From the Desk of the Pastor

                                                                                                              

 

 

To whom much is given, much is expected!

Jesus tells us in St. Paul’s letter to the Romans 6:12-18, “Much will be required of the person entrusted with much, and still more will be demanded of the person entrusted with more.”

Let us consider the gifts that God has entrusted to us. Many of us have experiences or talents that no one else has. These gifts are entrusted to us with the expectation that they will be used well, not squandered, for to whom much is given, much is expected. We are now stewards of the gifts we have been given.

Who, then, according to Jesus, are the “faithful stewards?” It is not the person who has the most, not the person who has accomplished the most, and not the one who has used a privileged position for their own gain. No, the faithful steward is the one who, at any unexpected time, will be found acting righteously, using the gifts God has granted to serve God and His Holy Church.

Grateful,

Fr. Robert

 

 


 

 

From the Most Reverend Jerome E. Listecki 

Dear Brothers and Sisters in Christ,

 

If you were to ask a sports coach, director of a play or musical, or the conductor of an orchestra, “What is the most important time before a performance?” they would all probably tell us that it is in the preparation. It is there where the mistakes are ironed out, the talent is challenged to elevate to the next level, and the participants are called to envision the best they have to offer.

 

I believe it is also important that the liturgical season of Advent is viewed as our preparation to receive the Lord Jesus Christ at Christmas. During the Advent season, we try to iron out the mistakes. Many live in a world that views faith as something you should do on the weekend if you have the time; it’s a social thing. Rarely do we see ourselves in the daily struggle to witness to the faith and engage in the evangelization of our neighbors.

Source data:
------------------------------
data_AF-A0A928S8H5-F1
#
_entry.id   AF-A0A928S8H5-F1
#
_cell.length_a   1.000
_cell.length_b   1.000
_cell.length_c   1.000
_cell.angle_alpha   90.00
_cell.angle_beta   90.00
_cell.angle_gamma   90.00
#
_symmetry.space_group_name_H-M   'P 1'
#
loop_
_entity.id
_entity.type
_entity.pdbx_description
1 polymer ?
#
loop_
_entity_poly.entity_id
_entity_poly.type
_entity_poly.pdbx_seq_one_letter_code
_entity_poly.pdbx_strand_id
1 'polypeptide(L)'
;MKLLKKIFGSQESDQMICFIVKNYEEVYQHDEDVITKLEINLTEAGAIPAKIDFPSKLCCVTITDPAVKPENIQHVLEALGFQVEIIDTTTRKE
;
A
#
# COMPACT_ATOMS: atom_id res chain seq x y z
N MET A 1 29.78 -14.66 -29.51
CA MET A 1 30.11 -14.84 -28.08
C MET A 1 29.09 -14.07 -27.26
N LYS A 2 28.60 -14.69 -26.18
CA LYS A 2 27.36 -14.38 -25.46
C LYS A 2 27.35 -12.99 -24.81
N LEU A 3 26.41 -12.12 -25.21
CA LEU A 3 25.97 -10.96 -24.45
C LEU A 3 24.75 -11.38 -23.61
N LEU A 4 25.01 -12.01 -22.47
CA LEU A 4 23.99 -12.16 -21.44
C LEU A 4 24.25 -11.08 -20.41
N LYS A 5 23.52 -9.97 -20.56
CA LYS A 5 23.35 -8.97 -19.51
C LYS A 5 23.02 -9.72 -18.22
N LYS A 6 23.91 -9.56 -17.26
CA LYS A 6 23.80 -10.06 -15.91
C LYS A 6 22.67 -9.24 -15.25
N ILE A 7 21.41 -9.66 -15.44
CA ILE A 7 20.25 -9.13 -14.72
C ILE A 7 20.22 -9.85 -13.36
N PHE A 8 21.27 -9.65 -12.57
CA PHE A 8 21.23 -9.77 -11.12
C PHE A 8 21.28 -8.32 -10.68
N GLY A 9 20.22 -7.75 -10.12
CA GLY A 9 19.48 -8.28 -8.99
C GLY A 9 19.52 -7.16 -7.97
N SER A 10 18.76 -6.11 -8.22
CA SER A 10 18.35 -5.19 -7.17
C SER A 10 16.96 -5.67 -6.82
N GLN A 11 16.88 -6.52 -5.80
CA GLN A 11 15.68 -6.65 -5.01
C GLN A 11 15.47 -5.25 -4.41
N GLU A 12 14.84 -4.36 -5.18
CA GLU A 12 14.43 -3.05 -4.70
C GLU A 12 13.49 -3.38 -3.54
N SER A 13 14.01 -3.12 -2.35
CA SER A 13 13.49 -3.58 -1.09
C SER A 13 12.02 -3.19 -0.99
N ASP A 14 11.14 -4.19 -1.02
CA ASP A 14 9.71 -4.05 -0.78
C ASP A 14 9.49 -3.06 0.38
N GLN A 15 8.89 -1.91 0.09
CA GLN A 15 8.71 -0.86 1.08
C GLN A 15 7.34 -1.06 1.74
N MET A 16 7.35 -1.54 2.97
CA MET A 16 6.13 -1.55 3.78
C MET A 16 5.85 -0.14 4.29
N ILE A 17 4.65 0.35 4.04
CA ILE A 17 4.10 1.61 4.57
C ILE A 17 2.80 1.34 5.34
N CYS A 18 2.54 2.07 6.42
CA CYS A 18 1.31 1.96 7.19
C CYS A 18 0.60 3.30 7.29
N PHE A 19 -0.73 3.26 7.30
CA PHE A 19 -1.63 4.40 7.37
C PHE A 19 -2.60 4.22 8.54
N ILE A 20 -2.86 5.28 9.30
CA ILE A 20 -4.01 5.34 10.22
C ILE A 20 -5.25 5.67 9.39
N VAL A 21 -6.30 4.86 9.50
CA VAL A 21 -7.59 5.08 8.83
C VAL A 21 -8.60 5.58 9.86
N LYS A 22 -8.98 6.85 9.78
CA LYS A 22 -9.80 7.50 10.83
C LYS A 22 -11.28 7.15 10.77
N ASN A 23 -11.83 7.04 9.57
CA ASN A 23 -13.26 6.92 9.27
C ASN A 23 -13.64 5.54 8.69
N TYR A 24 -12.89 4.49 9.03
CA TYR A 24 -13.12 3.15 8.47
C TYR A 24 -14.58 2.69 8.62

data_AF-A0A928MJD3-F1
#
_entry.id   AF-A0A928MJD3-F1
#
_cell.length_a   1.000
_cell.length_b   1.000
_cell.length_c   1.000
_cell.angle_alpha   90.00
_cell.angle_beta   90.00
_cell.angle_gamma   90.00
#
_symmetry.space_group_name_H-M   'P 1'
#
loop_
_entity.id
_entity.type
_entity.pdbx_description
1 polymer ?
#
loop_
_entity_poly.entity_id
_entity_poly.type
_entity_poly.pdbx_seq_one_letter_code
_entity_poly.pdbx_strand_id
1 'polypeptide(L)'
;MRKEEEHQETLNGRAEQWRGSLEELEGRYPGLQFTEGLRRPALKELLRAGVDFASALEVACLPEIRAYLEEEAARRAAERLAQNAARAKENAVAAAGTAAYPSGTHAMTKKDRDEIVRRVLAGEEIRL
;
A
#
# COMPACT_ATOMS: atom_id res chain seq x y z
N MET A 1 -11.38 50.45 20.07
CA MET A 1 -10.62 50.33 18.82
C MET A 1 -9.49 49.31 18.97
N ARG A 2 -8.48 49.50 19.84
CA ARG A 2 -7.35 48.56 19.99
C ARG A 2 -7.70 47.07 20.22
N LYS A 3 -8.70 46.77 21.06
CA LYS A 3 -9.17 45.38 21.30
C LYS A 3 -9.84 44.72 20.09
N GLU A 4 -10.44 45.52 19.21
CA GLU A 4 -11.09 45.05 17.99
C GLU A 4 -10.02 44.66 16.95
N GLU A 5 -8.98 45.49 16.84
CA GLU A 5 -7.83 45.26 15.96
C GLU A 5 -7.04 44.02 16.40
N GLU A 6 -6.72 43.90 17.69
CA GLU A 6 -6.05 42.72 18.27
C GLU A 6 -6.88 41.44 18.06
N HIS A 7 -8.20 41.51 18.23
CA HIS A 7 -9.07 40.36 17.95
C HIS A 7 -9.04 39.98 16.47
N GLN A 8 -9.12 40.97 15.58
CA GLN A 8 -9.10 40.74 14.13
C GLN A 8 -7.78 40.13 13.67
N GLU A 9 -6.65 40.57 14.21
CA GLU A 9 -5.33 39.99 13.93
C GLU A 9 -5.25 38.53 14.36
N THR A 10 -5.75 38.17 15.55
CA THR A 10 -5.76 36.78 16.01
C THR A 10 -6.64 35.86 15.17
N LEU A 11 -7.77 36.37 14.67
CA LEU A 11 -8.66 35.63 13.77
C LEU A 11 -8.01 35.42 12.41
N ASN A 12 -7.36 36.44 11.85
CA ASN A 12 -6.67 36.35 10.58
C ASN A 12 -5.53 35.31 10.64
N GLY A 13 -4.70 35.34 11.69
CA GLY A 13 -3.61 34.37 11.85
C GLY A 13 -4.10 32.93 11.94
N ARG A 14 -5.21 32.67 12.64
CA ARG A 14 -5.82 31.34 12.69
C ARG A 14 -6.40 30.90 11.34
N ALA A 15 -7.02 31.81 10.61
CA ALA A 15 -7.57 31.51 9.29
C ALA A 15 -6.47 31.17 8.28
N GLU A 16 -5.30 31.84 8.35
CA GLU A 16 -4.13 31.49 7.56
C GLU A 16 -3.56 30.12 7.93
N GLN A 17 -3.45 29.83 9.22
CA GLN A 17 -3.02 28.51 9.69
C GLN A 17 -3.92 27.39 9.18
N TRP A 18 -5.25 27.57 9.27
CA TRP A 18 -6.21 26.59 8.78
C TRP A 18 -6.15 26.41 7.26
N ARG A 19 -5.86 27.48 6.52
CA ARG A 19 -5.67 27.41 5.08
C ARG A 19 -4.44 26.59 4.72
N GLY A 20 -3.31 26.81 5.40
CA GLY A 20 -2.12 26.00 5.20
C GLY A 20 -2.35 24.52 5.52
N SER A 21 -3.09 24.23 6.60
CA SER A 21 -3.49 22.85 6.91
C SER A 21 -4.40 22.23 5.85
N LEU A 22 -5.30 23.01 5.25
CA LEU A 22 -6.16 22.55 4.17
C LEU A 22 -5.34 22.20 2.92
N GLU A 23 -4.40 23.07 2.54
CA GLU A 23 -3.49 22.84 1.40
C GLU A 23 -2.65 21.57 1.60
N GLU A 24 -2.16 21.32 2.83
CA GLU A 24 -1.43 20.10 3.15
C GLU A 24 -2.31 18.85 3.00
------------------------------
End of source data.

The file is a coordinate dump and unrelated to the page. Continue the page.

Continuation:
Advent challenges us to elevate our practice of the faith. Have we matured in our knowledge of the faith, or did our understanding of the Church’s teachings end in the religious education classes of our youth? Does our prayer life reflect a person who knows the Lord Jesus? What does it mean to view Jesus as my friend? When and where have we put our commitment to the faith in view of the public? All of these elevate our public profession and demand growth.

 

During Advent, do we envision ourselves as saints? This is not “egotistical”; it’s a vocation that we are all called to embrace. It is a life of holiness. Am I prepared to assume my citizenship in the Kingdom of Heaven? What identification will I be able to use to demonstrate that I belong to God?

 

Advent prepares us to meet Jesus and celebrate the great mystery of the “Incarnation,” the Word made flesh. This is the Son of God. Christmas is our celebration of “God with us.”

Although Advent is the preparation for Christmas and the coming of Jesus Christ into the world, we must also prepare for two other comings of Jesus. He will come for us at the time when we least expect it. In a blink of an eye, we will be standing before the Lord Jesus. We prepare now and are in a mode of constant readiness. This judgement will demand from each of us an individual accounting of our actions in this world.

 

There will also be a second coming of Jesus. This is the final judgement of the world. He promised that He would prepare a place for us and return to take us with Him. At His Ascension, the angel said that He would return: “This Jesus who has been taken up from you into heaven will return in the same way as you have seen him going into heaven.” (Acts 1:11) We do not know that exact time, but it will happen.

 

Until then, we must prepare ourselves by leading lives worthy of our baptismal commitment and LOVE ONE ANOTHER.

 

Sincerely,

Most Reverend Jerome E. Listecki

Archbishop of Milwaukee